Sunday, July 13, 2003

Casinos are where action is


Fort Mitchell hotel firm placing bet on gaming

By Robert Anglen
The Cincinnati Enquirer

The flagging hotel market has a Fort Mitchell-based hotel operator looking to double the number of its casinos by the end of the year.

Columbia Sussex Corp. this month went forward with plans to buy a Jackson, Miss., casino from Harrah's Entertainment Inc. and intends to open two more casinos in Nevada - giving the company a total of six casinos.

"The hotel market is flat," said Joe Yung, director of development for the family-owned business. "Our casinos didn't get hurt by the drop in the economy the way our hotels did."

Columbia, ranked fourth among the Greater Cincinnati 100 list of privately owned companies with $531 million in revenues, already owns casinos in Greenville, Miss., and Nevada.

Yung said gaming investments make sense while the hotel market remains stagnant.

"We've just seen a lot of opportunities," he said. "There is a better deployment of equity in casinos than hotels."

The company, which has been in Fort Mitchell for 30 years, operates 57 hotels and resorts in 26 states under franchises such as Marriott, Radisson and Crowne Plaza.

The Vicksburg hotel and casino in Jackson was the smallest of all 26 Harrah's properties. But it is about the same size as Columbia's two Greenville casinos - the Bayou Caddy Jubilee and the Lighthouse Point - with 665 slot machines and 15 table games. It also has 117 hotel rooms. Harrah's officials said the Vicksburg casino no longer fit with company plans.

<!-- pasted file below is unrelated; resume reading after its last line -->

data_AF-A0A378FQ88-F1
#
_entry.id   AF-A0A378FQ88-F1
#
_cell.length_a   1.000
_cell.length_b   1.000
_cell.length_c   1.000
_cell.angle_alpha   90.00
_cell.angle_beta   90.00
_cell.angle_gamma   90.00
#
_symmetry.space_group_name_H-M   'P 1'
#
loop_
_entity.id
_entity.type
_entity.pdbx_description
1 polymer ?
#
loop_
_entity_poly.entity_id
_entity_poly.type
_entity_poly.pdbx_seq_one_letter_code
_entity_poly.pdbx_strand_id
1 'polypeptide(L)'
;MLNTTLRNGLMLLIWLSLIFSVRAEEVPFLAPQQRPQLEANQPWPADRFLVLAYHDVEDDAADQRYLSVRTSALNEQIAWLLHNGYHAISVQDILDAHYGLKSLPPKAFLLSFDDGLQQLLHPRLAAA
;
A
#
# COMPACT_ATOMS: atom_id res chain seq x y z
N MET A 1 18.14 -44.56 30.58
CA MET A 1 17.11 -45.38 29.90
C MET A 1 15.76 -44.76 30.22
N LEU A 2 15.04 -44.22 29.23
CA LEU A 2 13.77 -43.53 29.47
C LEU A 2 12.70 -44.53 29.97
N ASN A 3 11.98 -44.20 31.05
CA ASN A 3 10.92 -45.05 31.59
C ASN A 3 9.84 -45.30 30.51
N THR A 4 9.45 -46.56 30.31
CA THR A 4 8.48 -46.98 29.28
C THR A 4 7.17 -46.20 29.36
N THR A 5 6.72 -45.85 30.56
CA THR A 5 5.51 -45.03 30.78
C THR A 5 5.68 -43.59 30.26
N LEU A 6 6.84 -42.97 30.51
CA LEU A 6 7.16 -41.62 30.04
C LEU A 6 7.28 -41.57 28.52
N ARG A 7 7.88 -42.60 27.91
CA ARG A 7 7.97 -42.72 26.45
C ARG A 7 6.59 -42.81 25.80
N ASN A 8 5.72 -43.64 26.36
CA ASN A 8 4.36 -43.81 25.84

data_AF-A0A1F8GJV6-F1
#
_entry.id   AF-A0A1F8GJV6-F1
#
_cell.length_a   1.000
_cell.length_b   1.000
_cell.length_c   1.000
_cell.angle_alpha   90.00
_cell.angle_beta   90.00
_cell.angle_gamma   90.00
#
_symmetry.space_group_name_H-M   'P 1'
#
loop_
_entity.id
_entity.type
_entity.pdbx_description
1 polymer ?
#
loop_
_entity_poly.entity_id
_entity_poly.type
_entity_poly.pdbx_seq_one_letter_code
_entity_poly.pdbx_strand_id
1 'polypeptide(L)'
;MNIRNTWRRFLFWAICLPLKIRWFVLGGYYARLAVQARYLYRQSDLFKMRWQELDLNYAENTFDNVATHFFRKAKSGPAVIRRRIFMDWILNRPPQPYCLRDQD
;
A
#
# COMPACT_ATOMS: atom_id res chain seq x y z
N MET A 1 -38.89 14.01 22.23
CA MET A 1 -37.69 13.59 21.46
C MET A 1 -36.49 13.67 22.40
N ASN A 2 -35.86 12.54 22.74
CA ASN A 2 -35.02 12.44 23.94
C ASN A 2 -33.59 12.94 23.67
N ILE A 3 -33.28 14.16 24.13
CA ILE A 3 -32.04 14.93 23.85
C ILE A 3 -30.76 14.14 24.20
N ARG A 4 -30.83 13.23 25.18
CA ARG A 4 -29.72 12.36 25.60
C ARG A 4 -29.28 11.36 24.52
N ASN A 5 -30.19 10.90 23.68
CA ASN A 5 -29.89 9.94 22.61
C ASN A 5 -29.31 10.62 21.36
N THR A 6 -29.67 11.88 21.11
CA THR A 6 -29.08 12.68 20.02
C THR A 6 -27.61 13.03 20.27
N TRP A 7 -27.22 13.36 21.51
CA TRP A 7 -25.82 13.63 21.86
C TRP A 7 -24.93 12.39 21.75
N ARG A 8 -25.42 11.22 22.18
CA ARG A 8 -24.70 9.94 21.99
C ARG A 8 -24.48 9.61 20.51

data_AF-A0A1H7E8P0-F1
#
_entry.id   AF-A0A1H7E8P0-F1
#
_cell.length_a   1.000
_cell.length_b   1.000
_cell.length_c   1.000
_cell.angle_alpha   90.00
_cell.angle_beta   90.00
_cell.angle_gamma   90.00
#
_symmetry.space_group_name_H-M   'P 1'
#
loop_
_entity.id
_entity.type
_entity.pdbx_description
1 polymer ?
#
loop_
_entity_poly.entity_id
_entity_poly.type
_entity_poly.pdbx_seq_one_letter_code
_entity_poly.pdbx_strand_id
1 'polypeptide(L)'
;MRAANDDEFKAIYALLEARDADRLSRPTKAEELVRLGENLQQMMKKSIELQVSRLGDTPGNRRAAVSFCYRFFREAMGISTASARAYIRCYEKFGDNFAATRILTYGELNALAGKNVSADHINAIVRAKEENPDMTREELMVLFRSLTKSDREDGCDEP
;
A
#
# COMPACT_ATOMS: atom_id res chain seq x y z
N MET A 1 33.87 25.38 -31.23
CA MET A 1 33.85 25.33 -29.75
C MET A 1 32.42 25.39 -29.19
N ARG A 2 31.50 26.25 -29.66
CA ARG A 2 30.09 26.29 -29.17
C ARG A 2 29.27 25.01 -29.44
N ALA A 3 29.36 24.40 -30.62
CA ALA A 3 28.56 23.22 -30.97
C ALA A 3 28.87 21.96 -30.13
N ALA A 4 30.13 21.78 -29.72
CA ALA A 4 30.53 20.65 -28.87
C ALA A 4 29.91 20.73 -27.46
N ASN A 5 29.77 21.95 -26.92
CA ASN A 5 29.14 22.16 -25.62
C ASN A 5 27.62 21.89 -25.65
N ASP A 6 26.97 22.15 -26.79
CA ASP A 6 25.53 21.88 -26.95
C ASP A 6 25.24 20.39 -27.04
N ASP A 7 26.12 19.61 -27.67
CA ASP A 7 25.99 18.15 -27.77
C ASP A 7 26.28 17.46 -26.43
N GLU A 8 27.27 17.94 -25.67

Yung said Columbia has owned casinos for 13 years and by the end of the year will have three in Mississippi and three in Nevada, including one on the edge of Lake Tahoe.

Columbia floated plans for Indiana riverboat casinos in Lawrenceburg and Switzerland County when the state legalized gambling in 1993. In license applications, the company submitted a $62 million proposal for Lawrenceburg and a $32 million one for Switzerland County. The company later withdrew its proposals, saying only that it would pursue other developments.

Columbia might be one of the Tristate's biggest private companies, but it has kept a low profile since it was started by Bellevue native William Yung in 1972.

Last year, Adam's Mark hotel chain backed out of a deal to sell six hotels to Columbia, which asked for an extension on a contract deadline. The company had agreed to buy hotels in Houston, Philadelphia; Memphis, Tenn.; Columbia, S.C.; Colorado Springs, Colo., and Clearwater, Fla.

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E-mail ranglen@enquirer.com.




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